Rider and horse training is what takes up most equestrians time and requires sound knowledge and plenty of patience.
You don’t have to have the next Olympic hopeful in your stable to want to improve your knowledge or aspire to be someone who can deal with a wide variety of horses and a wide range of schooling problems.
Today, almost anyone can own a horse, and most people can learn to ride given a bit of time, yet too few people seem to have any interest in training their horse.
If you own or look after a horse you should also be an effective trainer of horse’s not just a rider.
We all owe it to our horses to educate ourselves enough to be able to produce a well-mannered, safe horse that is a pleasure for anyone to ride or own.
It’s our responsibility to help the horse understand what is expected of them and good horse training helps avoid any confusion or distress on the horses part, which could adversely affect their working life and possibly lead to abuse.
A Safe Hack … Harder horse training than you think
For most riders, simply enjoying a safe hack is their main goal, but this goal can take a surprising amount of hard work and quality horse training to achieve.
Many horse owners don’t realise that having a nice hack comes from putting in lots of work in other areas.
Inexperience causes riders to miss many of the warning signs that more experienced riders spot along the way.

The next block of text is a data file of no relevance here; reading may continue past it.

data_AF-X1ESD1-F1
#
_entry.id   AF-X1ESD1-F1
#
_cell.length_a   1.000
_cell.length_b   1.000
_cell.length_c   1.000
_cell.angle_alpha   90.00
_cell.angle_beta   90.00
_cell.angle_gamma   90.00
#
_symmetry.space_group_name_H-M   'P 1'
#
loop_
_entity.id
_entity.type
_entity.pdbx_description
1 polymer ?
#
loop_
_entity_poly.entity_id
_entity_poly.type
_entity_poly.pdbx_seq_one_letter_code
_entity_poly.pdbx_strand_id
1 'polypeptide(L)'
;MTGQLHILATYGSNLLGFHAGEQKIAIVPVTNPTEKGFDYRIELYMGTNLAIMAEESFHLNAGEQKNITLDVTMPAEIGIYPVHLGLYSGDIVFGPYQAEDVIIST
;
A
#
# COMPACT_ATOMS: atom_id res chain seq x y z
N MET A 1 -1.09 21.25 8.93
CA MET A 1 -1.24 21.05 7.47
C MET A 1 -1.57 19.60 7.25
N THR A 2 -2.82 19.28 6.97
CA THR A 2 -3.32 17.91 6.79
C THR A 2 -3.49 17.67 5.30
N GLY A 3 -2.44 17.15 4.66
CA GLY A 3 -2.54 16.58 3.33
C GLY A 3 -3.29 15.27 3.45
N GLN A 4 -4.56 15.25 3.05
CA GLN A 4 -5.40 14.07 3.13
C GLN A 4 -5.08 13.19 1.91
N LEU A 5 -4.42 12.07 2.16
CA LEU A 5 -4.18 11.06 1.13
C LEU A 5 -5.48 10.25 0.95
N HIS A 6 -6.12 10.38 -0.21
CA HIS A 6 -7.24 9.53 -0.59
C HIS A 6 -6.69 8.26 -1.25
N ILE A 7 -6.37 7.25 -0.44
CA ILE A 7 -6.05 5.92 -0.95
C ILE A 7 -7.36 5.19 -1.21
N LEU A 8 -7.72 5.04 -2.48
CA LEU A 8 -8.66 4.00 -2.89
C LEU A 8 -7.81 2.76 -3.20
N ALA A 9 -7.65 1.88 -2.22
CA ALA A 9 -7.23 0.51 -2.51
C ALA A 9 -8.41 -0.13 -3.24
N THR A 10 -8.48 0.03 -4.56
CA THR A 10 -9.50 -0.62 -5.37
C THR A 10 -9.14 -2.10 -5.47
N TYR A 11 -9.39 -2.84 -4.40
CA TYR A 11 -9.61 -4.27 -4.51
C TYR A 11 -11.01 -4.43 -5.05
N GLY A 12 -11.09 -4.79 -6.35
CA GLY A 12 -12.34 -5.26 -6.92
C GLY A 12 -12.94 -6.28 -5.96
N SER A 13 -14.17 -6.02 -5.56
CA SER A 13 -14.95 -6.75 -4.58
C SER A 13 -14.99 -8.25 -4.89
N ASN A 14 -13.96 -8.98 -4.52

They can then end up with a problem that damages their confidence and will eventually require professional equestrian intervention.
When your horses behaviour doesn’t quite accord with your plan, it is your responsibility to adjust your horse training methods, because your horse can’t.
A common problem in horse training arises as a rider gains confidence and wants to do more with their horse, but they don’t have the skills to bring their horse on.
It’s at this point, when it takes more than just hacking out and going round in circles in the school, that proper horse training skills are required.
You can have that well-mannered horse, that does a bit of every discipline reasonably well, but only if you are prepared to become your horse’s trainer and not just a rider.
Ask yourself – "Do I Have The Horse Training Tools?" …
Building a good set of skills and an adequate supply of tools to get your horse to the level you want is entirely your responsibility.
Remember this; Your horse is learning every time you are and being a good horse trainer is about the quality of the training, not the quantity.
Once you build a realistic view of what you want to achieve, it’s down to you, (with the help of good riding instructors who truly understand your goals), to assess yourself honestly.
Ask yourself; How much of the required skills do you have and how much will you need to learn?
Most importantly, are you prepared to develop the self-discipline required to apply your chosen methods with confidence, competence, consistency, common sense and a thorough understanding of what you are trying to achieve?
Most problem horses are not born, they are created by riders who fail to understand and set the ground rules and who do not have the necessary skills to achieve their goals.